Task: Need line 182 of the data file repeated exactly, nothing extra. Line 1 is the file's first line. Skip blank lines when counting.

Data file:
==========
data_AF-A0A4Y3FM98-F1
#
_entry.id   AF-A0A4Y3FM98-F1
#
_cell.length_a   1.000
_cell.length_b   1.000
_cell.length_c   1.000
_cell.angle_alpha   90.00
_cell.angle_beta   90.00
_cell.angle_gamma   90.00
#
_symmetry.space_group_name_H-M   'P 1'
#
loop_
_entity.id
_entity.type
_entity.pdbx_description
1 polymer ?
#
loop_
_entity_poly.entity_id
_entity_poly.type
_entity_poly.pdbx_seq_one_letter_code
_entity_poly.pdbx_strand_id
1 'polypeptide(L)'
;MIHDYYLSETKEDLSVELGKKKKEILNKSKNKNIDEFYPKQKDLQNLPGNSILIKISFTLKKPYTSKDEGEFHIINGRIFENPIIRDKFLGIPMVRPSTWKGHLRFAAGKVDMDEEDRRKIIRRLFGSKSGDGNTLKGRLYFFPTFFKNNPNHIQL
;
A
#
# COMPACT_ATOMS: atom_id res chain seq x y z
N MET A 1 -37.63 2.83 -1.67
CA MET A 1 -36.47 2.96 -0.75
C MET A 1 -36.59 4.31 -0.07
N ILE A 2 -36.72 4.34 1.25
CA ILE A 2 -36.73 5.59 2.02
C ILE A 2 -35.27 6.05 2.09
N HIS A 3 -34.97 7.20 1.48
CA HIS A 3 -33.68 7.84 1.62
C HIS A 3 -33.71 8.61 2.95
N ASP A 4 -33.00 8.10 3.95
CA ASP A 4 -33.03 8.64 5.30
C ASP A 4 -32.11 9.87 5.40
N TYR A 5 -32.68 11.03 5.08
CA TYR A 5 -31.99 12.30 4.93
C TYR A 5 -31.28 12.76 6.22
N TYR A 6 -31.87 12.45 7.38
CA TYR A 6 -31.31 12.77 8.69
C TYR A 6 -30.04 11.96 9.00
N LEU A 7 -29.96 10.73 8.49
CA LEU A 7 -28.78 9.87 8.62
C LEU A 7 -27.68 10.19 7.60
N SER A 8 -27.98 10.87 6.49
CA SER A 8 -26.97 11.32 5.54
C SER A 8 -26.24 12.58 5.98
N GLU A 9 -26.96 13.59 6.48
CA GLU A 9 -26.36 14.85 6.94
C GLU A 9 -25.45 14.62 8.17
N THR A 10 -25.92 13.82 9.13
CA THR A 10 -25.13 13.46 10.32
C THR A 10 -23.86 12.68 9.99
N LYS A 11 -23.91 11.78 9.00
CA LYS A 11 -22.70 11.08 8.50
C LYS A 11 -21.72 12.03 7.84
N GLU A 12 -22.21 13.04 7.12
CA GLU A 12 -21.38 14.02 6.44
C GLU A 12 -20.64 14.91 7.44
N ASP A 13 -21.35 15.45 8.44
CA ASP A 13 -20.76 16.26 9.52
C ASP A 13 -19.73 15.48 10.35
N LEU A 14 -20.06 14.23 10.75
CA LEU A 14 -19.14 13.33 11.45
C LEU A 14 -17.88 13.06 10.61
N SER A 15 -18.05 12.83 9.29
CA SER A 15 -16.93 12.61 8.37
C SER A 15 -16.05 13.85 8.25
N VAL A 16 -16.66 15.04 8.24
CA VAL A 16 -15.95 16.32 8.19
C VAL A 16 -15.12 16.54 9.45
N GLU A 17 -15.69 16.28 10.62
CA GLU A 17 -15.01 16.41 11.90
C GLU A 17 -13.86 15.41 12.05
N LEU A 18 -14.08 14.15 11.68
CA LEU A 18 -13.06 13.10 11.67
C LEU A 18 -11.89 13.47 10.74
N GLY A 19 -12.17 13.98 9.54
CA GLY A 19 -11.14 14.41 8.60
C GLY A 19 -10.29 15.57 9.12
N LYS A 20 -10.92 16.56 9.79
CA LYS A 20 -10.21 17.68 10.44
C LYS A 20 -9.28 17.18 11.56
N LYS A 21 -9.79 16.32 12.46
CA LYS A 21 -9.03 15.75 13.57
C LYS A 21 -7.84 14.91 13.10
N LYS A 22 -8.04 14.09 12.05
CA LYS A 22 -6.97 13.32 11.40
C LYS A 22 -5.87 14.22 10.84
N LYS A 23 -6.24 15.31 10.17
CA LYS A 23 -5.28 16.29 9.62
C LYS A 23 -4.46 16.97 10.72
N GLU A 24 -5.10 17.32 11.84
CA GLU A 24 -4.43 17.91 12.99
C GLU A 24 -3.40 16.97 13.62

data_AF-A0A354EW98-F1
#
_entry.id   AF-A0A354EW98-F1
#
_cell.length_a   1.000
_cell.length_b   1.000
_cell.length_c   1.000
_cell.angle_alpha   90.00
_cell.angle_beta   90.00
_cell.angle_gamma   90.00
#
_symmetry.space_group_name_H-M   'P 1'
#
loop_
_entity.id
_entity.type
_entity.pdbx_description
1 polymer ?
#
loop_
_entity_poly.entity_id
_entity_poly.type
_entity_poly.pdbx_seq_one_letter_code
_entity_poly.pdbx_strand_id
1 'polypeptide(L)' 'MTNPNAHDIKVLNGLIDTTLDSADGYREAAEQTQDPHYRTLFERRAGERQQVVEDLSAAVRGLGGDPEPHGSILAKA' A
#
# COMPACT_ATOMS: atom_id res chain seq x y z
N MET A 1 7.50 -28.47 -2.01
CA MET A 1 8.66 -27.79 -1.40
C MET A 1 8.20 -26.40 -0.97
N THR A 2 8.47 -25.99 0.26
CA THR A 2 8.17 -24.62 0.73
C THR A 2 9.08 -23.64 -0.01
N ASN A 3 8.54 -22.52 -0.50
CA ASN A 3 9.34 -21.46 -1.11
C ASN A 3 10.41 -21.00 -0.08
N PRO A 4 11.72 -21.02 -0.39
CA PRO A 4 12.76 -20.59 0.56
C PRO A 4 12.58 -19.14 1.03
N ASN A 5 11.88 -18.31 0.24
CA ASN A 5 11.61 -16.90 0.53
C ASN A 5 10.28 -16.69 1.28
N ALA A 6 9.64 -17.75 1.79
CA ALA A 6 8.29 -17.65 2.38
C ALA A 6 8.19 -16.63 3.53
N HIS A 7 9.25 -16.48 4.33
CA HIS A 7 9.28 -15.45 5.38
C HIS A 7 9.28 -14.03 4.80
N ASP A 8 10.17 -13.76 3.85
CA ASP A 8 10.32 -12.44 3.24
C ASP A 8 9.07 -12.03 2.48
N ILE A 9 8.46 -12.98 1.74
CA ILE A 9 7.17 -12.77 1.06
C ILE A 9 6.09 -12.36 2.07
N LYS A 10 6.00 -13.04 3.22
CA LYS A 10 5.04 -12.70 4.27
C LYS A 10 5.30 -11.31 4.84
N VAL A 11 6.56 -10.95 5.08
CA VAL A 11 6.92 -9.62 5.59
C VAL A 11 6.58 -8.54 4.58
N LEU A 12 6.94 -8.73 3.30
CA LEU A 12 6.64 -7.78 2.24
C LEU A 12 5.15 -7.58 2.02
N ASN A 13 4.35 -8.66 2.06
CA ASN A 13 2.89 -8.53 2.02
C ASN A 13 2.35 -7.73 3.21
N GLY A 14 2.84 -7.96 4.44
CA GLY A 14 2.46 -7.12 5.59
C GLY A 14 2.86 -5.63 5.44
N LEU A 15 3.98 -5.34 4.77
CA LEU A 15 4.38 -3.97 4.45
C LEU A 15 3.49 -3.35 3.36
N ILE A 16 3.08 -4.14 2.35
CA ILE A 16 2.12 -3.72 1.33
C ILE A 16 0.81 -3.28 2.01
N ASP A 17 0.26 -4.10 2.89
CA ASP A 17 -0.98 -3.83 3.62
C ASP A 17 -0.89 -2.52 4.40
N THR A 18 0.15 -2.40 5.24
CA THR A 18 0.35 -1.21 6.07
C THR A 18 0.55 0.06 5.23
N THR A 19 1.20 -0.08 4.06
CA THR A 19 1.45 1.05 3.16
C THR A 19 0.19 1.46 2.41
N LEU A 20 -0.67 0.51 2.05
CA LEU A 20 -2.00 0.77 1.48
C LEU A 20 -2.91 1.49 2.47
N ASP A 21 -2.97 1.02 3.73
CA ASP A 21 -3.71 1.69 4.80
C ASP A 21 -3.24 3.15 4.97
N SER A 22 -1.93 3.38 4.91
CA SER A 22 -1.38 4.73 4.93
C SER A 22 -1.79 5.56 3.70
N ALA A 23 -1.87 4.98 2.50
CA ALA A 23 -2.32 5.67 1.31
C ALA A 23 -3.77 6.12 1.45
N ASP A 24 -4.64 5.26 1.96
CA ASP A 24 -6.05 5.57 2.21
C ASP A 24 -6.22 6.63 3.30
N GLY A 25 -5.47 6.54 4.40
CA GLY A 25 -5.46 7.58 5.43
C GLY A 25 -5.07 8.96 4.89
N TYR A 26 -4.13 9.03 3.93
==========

CA THR A 18 0.35 -1.21 6.07